> of an evolutionary process," then what kind of accommodation could be
> contrived for the creation of Eve from Adam's rib? If no
> accommodation can be conceived of which explains Eve in the same way
> as explaining the creation of Adam, then it seems to me that it
> undermines even the suggestion that evolution was accommodated in the
> statements that waters and earth "brought forth" living creatures.
> (As I said, and as perhaps you are saying, I think it does make an
> interesting rhetorical argument, but if it fails for want of
> consistency, it's probably not a useful argument.)
>
>
> Jon Tandy
>
> -----Original Message-----
> From: asa-owner@lists.calvin.edu
> [mailto:asa-owner@lists.calvin.edu] On Behalf Of Jim Armstrong
> Sent: Tuesday, March 11, 2008 1:16 PM
> To: ASA
> Subject: Re: [asa] A few literal problems in Genesis
>
> Just to perhaps speak the obvious, but with respect to your first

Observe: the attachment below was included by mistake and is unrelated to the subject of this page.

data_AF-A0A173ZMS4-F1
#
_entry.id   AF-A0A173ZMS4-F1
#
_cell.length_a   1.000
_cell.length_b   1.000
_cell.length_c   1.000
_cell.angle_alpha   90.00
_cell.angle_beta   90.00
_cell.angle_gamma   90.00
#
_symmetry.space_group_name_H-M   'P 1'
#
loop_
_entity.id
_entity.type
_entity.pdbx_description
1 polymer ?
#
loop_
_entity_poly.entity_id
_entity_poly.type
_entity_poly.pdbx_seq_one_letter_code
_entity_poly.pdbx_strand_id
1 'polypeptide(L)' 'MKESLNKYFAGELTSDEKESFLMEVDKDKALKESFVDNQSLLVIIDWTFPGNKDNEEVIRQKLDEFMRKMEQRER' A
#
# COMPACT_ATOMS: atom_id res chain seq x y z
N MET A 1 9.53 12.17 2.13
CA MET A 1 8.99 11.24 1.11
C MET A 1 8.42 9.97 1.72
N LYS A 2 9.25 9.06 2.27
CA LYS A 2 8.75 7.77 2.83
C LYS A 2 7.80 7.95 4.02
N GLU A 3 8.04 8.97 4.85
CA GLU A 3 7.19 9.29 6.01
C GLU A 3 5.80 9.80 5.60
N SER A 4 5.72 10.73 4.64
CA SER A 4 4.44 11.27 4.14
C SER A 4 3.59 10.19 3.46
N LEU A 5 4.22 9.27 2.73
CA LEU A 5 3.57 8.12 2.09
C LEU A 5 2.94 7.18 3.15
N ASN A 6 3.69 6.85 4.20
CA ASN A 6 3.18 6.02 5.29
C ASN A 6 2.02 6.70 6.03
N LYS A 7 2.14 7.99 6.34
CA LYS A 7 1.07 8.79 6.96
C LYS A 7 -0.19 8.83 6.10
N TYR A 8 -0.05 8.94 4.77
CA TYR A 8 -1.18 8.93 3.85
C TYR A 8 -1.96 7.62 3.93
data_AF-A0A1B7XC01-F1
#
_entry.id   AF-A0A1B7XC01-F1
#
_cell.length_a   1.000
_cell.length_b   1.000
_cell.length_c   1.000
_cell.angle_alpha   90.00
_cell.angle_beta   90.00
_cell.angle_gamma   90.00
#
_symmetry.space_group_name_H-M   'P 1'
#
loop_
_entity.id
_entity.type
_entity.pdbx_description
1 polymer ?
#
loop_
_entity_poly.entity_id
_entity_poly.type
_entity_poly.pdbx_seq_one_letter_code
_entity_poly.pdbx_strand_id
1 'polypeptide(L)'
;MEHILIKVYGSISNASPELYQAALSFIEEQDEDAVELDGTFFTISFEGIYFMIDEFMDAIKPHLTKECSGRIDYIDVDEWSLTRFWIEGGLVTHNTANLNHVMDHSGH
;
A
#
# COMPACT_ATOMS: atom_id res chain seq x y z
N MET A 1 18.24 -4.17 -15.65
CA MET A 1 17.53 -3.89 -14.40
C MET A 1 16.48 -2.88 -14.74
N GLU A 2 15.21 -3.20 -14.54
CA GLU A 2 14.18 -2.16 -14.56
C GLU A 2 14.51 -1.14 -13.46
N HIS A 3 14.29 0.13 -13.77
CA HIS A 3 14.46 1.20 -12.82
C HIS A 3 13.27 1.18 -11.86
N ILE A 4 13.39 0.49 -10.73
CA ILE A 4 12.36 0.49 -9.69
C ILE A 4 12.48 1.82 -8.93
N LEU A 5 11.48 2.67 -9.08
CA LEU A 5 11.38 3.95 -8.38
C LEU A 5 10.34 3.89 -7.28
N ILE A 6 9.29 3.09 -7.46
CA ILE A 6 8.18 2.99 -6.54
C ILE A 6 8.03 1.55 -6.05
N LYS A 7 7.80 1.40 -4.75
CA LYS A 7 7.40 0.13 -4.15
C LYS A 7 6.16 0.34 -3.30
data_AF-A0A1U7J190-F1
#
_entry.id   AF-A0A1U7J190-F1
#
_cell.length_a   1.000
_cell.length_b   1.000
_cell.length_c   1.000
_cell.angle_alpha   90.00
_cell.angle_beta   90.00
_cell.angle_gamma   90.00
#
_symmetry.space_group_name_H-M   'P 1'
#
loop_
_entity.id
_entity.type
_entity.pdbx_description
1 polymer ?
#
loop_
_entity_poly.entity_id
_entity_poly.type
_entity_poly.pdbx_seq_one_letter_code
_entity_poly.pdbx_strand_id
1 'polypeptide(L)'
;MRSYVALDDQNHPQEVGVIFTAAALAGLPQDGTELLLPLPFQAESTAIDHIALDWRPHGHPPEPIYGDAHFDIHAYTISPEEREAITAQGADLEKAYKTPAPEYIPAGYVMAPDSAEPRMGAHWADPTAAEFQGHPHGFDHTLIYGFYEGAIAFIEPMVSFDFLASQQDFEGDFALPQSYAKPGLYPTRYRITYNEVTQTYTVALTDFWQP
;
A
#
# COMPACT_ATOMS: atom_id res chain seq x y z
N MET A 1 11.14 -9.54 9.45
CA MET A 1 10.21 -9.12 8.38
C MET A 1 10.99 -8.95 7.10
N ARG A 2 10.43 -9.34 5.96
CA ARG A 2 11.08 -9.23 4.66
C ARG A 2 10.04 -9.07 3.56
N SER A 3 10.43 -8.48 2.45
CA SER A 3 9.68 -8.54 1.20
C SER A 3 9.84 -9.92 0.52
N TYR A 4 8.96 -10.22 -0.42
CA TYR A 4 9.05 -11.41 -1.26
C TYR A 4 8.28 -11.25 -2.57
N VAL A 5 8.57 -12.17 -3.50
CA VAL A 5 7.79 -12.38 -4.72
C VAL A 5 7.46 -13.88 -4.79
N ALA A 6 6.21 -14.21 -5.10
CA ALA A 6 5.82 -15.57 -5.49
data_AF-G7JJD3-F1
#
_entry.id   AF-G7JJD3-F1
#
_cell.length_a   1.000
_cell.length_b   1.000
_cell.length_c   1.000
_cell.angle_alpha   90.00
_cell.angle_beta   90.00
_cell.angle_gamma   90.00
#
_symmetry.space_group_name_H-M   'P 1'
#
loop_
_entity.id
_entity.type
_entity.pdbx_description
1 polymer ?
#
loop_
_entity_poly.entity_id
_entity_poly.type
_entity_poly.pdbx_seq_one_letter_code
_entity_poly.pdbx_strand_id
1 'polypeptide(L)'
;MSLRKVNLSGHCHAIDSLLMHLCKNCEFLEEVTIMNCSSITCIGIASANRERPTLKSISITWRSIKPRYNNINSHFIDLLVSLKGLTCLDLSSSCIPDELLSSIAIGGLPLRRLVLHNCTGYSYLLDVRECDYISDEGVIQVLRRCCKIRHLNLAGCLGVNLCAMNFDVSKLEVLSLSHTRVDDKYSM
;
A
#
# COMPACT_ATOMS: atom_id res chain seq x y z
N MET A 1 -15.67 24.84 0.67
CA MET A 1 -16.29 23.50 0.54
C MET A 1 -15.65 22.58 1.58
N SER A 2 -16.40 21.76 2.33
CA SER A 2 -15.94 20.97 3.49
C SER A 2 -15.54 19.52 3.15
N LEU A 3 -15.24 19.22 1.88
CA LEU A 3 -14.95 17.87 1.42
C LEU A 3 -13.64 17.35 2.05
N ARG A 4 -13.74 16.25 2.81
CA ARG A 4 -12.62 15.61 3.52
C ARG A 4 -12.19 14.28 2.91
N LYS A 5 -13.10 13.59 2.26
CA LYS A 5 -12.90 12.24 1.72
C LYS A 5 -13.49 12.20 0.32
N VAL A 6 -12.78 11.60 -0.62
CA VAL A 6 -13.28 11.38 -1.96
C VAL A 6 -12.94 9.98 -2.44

> "ponder", the Genesis 1:20-21 passages, including, "...Let the
> waters bring forth abundantly the moving creature that hath
> life..." are additionally interesting. They are interesting in
> their very presence, given the seemingly sufficient "out of the
> dust of the ground" passage. It is of course also interesting
> because of its possible descriptive accommodation of an
> evolutionary process. Neither passage of course proves anything
> relating to evolution, but they do seem to me to make clear room
> for such a progressive creative process, even to a very literal
> interpreter of Scripture unless they are just to be ignored. They
> are there in plain view for every reader, and their very presence
> sure seems to me to make it hard to explain them away. Despite the
> "kinds" sophistry, they seem to me to clearly describe some sort
> of developmental process, and it is no stretch at all in my view
> for that process to be one and the same as an evolutionary
> process, at the very least making room for that aspect of concordism.
>
> I'm not a concordist per se, but I do still think it remarkable
> that the wisdom of the day (as a minimal description of the
> inspiration for the Genesis narrative) did as well as it does
> against the knowledge of today. It is sort of sad to me that
> literalists insist on cherry picking of these passages, ignoring
> these two developmental descriptions in light of what the very
> Creation speaks to us today. These passages have been meaningful
> to me in that light.
>
> Regards - JimA [Friend of ASA]
>